VA MRSA-control protocol also reduced Gram-negative infections | Fetal blood transfusions during pregnancy can save fetus | Omaha hospital takes team approach to high-risk obstetric care
July 19, 2016
Critical Care SmartBrief
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Critical Care Update
VA MRSA-control protocol also reduced Gram-negative infections
An infection-control program implemented at all 127 Veterans Affairs acute-care hospitals reduced the rate of methicillin-resistant Staphylococcus aureus infections by 75% in intensive care units and by two-thirds systemwide. A new study shows that the program also resulted in a 43% decrease in tough-to-eradicate Gram-negative bacterial infections.
National Geographic News (free registration) (7/13) 
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CMS Open Payments: What You Need to Know
As part of the Centers for Medicare & Medicaid Services (CMS) Open Payments, medical drug & device companies submitted data about their financial relationships with you–physicians and teaching hospitals. This data is now live and CMS encourages you to review, and dispute if needed, your information in the system. Limited time remaining–Learn more now!
Medicine in the News
Report: Health care quality improving, but geographical disparities persist
A report from the Commonwealth Fund found that health care quality and access have improved in US communities, with care quality highest in San Francisco, some Midwestern states, Hawaii and New England. Most communities have reduced 30-day mortality, hospital readmissions and risky medication use among seniors, but progress is uneven and has improved more rapidly in areas where more people have health insurance.
Health IT Analytics (7/15) 
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Health systems open "microhospitals" with limited inpatient beds
Health care systems in at least four states are opening "microhospitals" that are full-service and contain an emergency department but have fewer than a dozen inpatient beds. The idea is to help health systems get a foothold in attractive markets without the cost of building a large hospital, but Priya Bathija of the American Hospital Association said microhospitals potentially could be used in communities that lack access to health care.
Kaiser Health News (7/19) 
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Case of female-to-male Zika transmission suspected in N.Y.
A New York woman who traveled to an area with active Zika transmission and her male partner have been diagnosed with Zika virus infection, according to a report from the CDC. "This case represents the first reported occurrence of female-to-male sexual transmission of Zika virus," the agency said.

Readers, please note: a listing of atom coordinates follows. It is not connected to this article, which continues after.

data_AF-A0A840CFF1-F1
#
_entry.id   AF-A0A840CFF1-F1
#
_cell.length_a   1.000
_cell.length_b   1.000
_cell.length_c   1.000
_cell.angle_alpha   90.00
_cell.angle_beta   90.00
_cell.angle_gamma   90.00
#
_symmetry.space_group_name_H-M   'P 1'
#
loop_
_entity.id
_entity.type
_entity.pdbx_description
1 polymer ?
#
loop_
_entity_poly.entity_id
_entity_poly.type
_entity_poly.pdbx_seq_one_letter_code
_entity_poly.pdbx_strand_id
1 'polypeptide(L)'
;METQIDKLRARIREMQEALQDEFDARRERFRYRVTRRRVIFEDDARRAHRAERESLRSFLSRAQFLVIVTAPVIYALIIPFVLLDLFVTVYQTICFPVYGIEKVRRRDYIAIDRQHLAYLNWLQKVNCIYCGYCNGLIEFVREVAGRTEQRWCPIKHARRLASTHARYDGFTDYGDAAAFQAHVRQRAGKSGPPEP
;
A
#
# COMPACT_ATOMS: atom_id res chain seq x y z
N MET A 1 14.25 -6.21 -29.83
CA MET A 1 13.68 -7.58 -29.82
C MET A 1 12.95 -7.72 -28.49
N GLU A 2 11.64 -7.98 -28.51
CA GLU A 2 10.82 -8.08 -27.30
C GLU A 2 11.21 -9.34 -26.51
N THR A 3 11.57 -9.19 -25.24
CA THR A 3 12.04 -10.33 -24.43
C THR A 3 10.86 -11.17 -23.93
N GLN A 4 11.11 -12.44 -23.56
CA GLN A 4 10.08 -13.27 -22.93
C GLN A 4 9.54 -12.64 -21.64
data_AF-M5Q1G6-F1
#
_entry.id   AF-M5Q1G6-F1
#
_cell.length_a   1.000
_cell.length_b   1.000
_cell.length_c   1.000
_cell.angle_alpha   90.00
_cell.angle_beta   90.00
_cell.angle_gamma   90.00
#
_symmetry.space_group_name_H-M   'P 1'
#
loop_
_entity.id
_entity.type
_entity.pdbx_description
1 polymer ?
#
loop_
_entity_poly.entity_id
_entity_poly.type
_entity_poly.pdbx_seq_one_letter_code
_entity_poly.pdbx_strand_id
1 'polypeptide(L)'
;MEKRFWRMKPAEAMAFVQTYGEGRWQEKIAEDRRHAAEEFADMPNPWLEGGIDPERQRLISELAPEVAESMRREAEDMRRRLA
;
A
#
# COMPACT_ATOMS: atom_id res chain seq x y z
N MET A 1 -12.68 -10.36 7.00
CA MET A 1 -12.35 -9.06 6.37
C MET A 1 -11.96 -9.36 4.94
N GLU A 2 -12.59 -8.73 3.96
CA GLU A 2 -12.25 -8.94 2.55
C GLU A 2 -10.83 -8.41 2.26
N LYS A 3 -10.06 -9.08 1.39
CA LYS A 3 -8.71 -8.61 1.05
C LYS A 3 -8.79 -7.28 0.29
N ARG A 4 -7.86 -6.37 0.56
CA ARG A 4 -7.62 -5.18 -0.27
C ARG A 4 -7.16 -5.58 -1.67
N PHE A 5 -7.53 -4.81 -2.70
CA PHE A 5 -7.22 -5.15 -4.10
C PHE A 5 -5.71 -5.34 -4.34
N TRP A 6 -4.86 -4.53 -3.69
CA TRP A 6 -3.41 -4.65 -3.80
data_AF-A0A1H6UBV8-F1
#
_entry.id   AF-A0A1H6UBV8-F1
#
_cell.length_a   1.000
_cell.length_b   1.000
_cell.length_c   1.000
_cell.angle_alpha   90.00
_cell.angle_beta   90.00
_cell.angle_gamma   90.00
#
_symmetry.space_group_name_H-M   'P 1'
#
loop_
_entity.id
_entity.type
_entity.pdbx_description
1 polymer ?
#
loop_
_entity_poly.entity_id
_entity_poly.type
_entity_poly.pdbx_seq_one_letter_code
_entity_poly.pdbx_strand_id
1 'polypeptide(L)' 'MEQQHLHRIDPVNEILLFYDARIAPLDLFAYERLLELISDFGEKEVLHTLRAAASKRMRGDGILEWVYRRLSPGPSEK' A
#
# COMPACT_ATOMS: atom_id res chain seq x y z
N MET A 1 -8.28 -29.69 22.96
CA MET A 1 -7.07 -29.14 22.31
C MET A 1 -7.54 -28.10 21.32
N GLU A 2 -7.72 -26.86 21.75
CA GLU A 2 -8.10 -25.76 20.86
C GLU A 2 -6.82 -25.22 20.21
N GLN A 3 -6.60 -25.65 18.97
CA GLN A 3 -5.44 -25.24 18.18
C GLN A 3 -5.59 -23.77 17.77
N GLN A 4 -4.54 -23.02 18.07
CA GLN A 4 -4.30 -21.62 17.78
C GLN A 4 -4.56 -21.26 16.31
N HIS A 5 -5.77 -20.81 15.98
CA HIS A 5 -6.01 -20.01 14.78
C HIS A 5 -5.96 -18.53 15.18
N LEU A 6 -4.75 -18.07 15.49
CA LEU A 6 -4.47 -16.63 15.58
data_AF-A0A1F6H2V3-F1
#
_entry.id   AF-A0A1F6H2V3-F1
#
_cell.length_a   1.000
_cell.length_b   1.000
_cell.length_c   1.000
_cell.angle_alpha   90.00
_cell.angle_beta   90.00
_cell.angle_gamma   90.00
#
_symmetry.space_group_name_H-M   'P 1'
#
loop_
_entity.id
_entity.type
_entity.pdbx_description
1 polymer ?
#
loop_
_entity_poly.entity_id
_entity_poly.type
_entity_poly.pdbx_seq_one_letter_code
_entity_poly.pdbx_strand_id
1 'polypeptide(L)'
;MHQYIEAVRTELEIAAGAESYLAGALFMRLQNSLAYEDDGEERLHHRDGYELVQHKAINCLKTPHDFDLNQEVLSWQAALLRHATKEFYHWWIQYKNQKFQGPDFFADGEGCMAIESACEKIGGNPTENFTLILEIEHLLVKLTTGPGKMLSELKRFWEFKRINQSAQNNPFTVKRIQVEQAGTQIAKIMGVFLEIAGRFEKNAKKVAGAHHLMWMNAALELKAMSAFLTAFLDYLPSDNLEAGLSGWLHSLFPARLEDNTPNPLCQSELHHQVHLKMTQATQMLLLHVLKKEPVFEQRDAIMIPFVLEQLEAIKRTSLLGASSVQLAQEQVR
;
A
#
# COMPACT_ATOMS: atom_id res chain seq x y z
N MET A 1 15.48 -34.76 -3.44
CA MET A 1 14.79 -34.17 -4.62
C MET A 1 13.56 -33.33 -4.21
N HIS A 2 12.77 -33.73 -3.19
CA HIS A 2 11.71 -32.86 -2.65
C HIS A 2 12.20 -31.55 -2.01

CNBC (7/15) 
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Why Bad Bosses Sabotage Their Teams
Ever been undermined at work? Here's what you can do. Learn more from research by Kellogg School of Management Professor Jon Maner.
Trends and Technology
Technology helps small, rural hospitals meet operational challenges
Small, rural hospitals in Wisconsin face staffing, training and other challenges not seen in urban facilities, but they continue to get high quality and patient satisfaction ratings. Technology is important to the success of smaller facilities, such as St. Clare Hospital, which has a telehealth program allowing physicians in St. Louis to help care for patients in the ICU.
The Eagle (Sauk City/Prairie du Sac, Wis.) (7/18) 
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MedPAC reports more computer, math science workers in hospitals
A report from the Medicare Payment Advisory Commission found a 17.9% increase in the number of computer and math science positions in hospitals from 2010 to 2014. MedPAC analyzed data from the Bureau of Labor Statistics and suggested this growth may be tied to hospitals' efforts to implement EHR systems. (7/18) 
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The Basics of Encryption and Compliance
Do you know why data encryption is important for your business? Read this ebook to see how using advance encryption lets you support your compliance with multiple regulations while meeting clients' expectations, protect your data and reputation, and eliminate paperwork and other overhead. Download the free ebook now.
The art of leadership is saying no, not yes. It is very easy to say yes.
Tony Blair,
prime minister
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